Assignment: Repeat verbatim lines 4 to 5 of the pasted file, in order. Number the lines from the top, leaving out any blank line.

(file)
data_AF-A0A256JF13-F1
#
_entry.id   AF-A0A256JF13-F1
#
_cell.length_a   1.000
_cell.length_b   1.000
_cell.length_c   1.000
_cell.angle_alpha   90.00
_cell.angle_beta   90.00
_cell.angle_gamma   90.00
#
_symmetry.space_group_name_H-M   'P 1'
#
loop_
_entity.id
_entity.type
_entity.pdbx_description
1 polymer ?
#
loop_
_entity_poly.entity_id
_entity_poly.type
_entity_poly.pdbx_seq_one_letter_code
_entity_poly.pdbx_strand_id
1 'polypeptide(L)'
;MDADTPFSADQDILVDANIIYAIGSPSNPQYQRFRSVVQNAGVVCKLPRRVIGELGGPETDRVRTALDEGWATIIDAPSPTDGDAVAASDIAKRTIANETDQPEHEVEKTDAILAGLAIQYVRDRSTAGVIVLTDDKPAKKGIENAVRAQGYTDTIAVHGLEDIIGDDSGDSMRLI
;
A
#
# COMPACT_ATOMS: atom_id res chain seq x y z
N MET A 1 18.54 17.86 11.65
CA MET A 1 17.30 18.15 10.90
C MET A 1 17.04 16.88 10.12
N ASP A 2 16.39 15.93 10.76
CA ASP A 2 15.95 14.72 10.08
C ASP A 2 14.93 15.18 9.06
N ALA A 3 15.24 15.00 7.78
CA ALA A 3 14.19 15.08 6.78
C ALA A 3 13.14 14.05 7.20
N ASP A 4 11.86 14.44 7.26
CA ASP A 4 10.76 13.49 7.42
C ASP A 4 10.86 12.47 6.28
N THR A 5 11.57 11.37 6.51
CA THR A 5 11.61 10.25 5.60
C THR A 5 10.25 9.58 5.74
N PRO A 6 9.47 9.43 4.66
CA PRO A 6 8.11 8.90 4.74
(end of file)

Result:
#
_cell.length_a   1.000